Is sex dirty, or is it holy?
This question neatly frames the difference between the Corinthians’ view of sex and Paul’s. For the Corinthians—or, at least, some of them—sex was a dirty act that should be avoided. Their motto was, “It is good for a man not to touch a woman” (1 Corinthians 7:1). Consequently, they advocated abstinence, even within marriage. For Paul, however, sex is a holy act between a husband and a wife, who possess, have obligations to, and hold authority over one another’s bodies (7:2-4). Indeed, it is a sanctifying act, that is, one that aids a husband and wife’s progress in holiness.
Consider what Paul writes in this regard in 1 Corinthians 7:5-6:
Do not deprive each other except by mutual consent and for a time, so that you may devote yourselves to prayer. Then come together again so that Satan will not tempt you because of your lack of self-control. I say this as a concession, not as a command.
The word deprive in verse 5 is a strong one. Paul uses the same word in 6:7-8, where it is translated by the word cheat. James 5:4 uses the same word to describe “the wages [landowners] failed to pay [their workers],” or, as the ESV translates the verse, “the wages…which you kept back by fraud.” Just as it is wrong to defraud an employee of his wages or to cheat a fellow Christian out of his legal due, so it is wrong to deprive a spouse of his or her marital right to sexual intercourse. A sexless marriage is, in Christian terms, a fraud.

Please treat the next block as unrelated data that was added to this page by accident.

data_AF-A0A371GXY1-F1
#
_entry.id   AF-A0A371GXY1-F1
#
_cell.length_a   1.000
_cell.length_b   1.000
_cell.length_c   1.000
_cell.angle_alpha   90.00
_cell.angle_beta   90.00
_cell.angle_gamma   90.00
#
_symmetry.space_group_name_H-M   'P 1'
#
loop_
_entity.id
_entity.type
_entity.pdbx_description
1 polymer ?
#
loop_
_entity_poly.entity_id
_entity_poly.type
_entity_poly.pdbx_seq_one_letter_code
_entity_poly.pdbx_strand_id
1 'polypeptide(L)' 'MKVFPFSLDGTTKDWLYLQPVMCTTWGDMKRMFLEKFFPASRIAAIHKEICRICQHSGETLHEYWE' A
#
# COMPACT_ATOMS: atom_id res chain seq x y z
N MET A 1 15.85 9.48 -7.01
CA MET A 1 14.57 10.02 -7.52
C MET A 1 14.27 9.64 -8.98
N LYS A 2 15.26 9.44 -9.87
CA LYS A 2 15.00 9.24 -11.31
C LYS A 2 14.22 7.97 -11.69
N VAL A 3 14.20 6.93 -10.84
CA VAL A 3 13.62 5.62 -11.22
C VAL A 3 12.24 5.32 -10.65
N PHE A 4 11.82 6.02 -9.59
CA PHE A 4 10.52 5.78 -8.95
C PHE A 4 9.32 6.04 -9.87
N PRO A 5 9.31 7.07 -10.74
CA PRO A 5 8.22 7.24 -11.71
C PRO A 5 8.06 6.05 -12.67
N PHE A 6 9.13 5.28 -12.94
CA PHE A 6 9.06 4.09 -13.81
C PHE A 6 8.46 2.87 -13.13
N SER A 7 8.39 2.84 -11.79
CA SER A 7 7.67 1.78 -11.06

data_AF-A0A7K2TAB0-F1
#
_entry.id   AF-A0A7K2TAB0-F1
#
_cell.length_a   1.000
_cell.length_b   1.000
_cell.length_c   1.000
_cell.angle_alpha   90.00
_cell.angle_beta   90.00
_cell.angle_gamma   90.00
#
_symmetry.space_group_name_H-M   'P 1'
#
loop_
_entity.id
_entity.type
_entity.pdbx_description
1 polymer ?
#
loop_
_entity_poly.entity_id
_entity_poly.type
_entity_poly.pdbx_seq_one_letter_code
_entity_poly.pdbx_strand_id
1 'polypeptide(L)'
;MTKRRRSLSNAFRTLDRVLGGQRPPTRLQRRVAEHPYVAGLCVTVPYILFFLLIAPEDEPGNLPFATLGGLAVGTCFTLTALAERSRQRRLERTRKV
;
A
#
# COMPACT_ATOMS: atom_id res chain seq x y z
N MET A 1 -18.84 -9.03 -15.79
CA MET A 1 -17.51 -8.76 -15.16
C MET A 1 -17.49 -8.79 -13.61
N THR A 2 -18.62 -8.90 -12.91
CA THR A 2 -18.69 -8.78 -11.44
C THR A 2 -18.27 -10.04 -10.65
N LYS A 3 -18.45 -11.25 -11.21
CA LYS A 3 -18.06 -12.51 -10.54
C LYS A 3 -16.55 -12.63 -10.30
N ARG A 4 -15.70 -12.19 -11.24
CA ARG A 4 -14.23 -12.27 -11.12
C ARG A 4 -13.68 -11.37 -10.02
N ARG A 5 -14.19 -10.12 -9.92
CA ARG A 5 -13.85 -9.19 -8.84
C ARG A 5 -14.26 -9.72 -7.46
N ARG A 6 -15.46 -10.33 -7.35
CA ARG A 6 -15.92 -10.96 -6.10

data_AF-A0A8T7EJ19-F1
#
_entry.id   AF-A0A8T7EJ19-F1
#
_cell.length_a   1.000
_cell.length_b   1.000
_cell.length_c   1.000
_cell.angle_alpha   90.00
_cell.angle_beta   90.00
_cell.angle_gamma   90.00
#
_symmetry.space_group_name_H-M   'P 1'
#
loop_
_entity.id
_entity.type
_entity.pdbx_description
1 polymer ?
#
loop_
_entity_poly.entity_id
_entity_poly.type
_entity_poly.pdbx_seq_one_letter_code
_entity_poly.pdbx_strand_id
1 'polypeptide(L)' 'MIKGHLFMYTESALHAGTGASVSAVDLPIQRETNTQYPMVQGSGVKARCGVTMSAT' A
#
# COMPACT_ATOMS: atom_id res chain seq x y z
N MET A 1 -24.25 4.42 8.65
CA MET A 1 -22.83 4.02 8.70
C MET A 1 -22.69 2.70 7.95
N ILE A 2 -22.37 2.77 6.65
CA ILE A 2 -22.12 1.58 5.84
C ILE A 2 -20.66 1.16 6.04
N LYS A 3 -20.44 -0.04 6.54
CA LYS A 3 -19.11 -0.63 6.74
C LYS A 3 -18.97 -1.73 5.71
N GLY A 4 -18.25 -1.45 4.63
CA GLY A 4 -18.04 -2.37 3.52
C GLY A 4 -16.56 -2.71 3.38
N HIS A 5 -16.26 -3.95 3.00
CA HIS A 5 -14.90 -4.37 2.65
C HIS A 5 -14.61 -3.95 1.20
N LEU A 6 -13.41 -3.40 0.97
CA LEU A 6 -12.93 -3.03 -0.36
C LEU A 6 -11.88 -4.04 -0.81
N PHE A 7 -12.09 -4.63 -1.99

And fraud is precisely what the Corinthians—or, at least, some of them—seemed intent on perpetrating upon their spouses. Worse, they offered a spiritual justification for their inaction, namely, that they abstained in order to pray. They seemed to assume that one could not be both spiritual beings who prayed and physical beings who made love to their spouses. Orthodox Christian theology teaches that we are spiritual bodies or embodied spirits who both pray and, when married, have sex.
Paul conceded that on occasion, married Christians may abstain from sex for the purposes of intentional spiritual formation, as long as the abstention was mutual and time-delimited. A sex-fast, in this regard, is similar in purpose to a fast of food. But just as one would not stop eating altogether, one should not—if married—stop having sexual relations all together.
Why? Because sex is (or can be) an aid to holiness. The Corinthians’ unbiblical asceticism resulted in an uptick of visits to prostitutes. Had they maintained normal relations with their spouses, they would have been able to resist that temptation and instead practice self-control, meaning sex solely within the bounds of marriage.
The great error in Christian spirituality is denigrating the bodies God has given us under the mistaken notion that the spiritual has nothing to do with the physical. God gave you a body. Use it rightly!